After eight days of cycling through dry arid landscapes, Esfahan felt like a real desert oasis. The tree lined streets, parks and water fountains were a feast for the eyes after days of emptiness. It felt tranquil and almost European in parts.
On the way to the money changers, we were stopped by a young guy in some sort of police or army uniform. He said something in Farsi to Guy, but kept pointing at Freddie. We only understood the words “bicycle”, “Iran”, and “no”. He was quite insistent, and after a little while we deducted that he was probably saying that women aren’t allowed to cycle in Iran. Obviously we knew this was a load of camel poo as we would not have made it through the border let alone to Esfahan. We played dumb and kept asking him for directions to Imam Square. Eventually he got frustrated with our non-existent Farsi skills and walked off, making some gesture that looked like we should wait there for him. Not keen on waiting for an outcome that was unlikely to be favourable for us we decided it was best to push on, so we cycled off as quickly as possible and dived down a side street.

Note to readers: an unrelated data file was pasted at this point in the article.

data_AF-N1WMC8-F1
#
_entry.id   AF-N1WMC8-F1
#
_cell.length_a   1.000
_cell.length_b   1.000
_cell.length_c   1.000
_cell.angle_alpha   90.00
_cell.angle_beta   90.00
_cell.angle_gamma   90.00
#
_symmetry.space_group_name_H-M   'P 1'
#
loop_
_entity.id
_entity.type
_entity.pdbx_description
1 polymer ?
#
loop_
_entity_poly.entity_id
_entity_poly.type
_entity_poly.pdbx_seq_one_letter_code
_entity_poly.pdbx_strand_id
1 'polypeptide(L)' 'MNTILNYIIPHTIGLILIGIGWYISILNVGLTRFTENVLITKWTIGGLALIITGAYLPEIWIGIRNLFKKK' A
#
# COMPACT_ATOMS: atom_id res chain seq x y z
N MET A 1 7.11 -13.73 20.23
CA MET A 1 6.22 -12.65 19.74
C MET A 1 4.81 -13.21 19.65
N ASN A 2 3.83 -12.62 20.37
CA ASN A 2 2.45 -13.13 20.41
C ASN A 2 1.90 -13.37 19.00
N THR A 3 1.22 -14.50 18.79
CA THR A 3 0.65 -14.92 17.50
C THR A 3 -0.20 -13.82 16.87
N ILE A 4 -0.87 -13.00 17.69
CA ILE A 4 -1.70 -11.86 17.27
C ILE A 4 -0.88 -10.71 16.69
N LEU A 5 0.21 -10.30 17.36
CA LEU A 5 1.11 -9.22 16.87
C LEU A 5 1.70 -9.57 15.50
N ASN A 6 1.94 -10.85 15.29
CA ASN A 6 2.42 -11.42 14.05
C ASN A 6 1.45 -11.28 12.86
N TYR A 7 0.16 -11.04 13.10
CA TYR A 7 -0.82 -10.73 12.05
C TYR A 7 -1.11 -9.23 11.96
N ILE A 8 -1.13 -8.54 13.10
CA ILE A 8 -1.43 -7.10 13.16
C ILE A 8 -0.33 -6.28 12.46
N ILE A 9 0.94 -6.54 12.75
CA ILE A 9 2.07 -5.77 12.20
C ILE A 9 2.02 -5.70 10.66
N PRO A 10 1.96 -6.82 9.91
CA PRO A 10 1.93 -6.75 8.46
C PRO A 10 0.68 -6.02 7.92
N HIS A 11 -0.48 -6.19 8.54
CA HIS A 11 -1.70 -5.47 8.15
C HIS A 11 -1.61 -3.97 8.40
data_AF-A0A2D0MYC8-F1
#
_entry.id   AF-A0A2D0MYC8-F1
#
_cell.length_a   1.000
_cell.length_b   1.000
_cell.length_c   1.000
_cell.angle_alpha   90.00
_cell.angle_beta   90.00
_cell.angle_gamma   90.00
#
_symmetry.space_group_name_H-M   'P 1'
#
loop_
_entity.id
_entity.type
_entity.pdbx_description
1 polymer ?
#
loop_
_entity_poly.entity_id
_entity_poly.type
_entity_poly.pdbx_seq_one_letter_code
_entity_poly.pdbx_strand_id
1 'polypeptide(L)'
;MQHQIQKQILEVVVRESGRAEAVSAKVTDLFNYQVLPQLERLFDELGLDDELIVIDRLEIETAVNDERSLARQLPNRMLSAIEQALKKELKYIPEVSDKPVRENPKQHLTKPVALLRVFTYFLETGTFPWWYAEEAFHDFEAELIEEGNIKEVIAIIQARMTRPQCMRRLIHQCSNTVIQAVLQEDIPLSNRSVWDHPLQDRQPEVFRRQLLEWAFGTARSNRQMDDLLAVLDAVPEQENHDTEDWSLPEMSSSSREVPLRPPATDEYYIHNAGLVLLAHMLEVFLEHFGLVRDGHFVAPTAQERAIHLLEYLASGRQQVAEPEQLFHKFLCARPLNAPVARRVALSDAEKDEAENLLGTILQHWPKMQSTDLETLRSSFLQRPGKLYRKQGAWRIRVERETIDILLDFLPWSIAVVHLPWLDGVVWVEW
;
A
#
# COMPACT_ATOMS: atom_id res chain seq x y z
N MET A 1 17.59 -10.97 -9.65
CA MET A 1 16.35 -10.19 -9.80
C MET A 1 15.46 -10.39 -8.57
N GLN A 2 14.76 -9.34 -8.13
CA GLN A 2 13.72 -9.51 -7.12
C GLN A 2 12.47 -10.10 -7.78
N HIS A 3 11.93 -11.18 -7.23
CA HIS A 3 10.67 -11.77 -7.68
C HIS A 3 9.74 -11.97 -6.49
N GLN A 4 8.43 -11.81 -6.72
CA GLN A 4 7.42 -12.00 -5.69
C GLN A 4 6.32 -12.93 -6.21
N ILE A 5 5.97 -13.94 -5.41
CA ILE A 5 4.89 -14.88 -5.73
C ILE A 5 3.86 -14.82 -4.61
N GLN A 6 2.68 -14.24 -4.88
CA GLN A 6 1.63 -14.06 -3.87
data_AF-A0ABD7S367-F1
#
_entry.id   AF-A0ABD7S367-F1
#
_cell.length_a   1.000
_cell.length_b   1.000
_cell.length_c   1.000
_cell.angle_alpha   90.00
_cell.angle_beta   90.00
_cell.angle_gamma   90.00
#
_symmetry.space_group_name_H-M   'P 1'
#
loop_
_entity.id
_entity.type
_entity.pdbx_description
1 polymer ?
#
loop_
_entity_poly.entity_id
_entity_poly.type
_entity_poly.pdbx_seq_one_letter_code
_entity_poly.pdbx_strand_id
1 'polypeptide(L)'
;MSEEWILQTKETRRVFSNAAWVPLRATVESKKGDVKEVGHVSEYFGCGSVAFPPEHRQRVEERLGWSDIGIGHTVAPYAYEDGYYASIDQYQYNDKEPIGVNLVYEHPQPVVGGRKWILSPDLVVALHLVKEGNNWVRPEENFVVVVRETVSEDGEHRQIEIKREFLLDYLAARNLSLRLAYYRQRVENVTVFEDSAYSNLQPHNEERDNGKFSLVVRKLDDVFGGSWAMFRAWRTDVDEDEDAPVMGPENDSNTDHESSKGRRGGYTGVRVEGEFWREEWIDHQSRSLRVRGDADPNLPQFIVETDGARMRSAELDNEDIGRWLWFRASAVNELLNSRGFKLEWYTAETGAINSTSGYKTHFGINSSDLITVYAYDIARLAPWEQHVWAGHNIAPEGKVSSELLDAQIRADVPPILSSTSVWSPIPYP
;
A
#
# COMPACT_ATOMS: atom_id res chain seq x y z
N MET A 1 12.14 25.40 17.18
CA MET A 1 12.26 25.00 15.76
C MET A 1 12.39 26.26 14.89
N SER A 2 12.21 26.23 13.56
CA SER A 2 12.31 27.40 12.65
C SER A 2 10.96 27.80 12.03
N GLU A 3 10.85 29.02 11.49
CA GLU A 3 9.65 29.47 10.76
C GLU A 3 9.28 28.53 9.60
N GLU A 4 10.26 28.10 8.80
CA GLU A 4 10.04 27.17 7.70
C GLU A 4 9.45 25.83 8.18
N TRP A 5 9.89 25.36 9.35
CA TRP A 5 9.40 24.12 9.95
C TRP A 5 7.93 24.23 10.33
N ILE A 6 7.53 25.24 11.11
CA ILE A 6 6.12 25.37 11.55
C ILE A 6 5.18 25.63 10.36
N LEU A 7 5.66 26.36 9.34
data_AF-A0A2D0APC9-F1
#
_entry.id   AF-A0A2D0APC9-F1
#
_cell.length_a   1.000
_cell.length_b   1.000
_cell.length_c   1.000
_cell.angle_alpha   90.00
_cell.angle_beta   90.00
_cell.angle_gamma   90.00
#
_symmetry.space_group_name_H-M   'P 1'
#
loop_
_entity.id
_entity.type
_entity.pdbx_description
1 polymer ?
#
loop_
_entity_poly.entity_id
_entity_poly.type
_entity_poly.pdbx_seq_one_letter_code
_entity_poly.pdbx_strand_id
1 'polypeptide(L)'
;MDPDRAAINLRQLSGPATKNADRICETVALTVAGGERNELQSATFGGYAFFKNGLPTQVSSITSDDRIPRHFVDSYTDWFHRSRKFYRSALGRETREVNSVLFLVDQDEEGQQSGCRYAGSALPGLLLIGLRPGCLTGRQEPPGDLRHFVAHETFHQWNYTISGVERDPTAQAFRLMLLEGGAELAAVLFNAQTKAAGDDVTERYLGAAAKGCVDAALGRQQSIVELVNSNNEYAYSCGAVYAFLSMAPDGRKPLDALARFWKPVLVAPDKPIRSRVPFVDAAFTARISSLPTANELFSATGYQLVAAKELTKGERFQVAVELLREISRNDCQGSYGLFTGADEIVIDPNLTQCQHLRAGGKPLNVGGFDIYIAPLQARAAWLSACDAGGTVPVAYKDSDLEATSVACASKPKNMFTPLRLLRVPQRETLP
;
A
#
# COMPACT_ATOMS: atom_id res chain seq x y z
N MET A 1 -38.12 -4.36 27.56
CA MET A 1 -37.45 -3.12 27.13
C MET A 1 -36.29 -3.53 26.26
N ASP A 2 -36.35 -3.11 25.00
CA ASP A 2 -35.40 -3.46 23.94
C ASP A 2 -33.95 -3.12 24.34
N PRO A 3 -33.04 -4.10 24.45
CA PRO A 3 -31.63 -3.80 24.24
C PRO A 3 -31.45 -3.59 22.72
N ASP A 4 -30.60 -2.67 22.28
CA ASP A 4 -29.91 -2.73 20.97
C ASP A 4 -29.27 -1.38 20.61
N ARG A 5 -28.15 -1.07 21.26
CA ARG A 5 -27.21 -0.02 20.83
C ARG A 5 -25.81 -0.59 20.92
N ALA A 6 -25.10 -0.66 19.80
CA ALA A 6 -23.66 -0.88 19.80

So imagine our horror when we arrived at the money changers just before 3pm and it was already closed! Guy spotted some movement inside and nuzzled up to the window, prompting one of the guys to come to the door and offer us a last minute transaction. He even offered Guy a slice of his tender chicken breast lunch which Guy devoured perhaps a little too hastily, as judging by the money changer’s look he was not expecting Guy to be quite so indulgent.
All cashed up, we cycled down to Si-O-Seh bridge to take a picture before finding a hotel nearby. Esfahan was a bit of a milestone for us, reaching the heart of the Islamic world seemed a ridiculously impossible destination some 5 months ago when we wobbled out of suburban London. We will spend several days in Esfahan, sightseeing, sorting out a visa extension and making one last attempt to get to Kashan by bus.